An absorbing, if perhaps overly alarmist, study of Japanese print media, focusing on the lurid weeklies called shukanshi.
Japan, notes freelance investigative reporter Gamble and media-studies professor Watanabe (Doshisha Univ.), is a spectacularly literate nation; the largest of its daily newspapers, Yomiuri Shimbun, boasts the highest circulation of any in the world–its 10,000,000 readers equal the combined audience of the top ten dailies in America. Yet this same literate audience also devours semi-pornographic weeklies that, the authors assert, help maintain a dysfunctional status quo and preserve myths and downright lies: that Japan is a harmonious and ethnically homogeneous country that was as much an innocent victim as any other nation in WWII, that the Holocaust never happened, etc. Gamble and Watanabe offer a detailed account of the differences between American and Japanese readers, which, tellingly, centers on one great distinction: Americans mistrust their media, while Japanese swear by theirs, perhaps a reflex of an educational system that "has traditionally taught students to avoid criticizing those in positions of authority and to accept what they are told." So they do, and what they are told tends to be politically conservative, vicious against the powerless and the "different," mendacious, and inflammatory. In this climate, even the comparatively staid Japanese Newsweek sensationalizes; the American version called Martha Stewart "the queen of perfection," whereas the Japanese edition labeled her a "corrupt queen," a small but significant distinction. Put a tabloid industry at the service of rightist lies and distortions–the "comfort women" asked for the job, the mass murder of Chinese civilians is an anti-Japanese slander, and so forth–and you have all the makings of what the authors call "media atrocities," a useful if itself sensationalist term. And the worst of those atrocities, they sensibly hold, "in Japan and throughout world history, have been made possible through the silence of those in the mainstream."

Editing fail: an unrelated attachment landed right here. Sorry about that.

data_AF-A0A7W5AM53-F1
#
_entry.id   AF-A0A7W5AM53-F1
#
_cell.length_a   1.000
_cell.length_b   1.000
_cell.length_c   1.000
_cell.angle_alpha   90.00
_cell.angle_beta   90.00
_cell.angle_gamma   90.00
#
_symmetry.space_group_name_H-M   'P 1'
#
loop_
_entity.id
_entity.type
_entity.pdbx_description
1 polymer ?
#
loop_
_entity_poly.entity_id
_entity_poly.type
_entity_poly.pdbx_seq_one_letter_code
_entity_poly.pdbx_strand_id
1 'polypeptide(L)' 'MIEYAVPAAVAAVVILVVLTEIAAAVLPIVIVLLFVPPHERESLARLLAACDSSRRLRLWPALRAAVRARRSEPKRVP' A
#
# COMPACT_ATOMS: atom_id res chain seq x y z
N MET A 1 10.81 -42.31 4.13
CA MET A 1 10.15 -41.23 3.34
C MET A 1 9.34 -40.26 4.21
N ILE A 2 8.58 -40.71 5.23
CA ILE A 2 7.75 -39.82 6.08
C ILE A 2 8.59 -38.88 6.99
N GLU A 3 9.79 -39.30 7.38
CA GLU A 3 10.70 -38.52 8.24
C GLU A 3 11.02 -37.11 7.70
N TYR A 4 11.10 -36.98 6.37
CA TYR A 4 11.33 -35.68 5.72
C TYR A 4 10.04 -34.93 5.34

Well argued and written; of much interest to students of the media and international politics.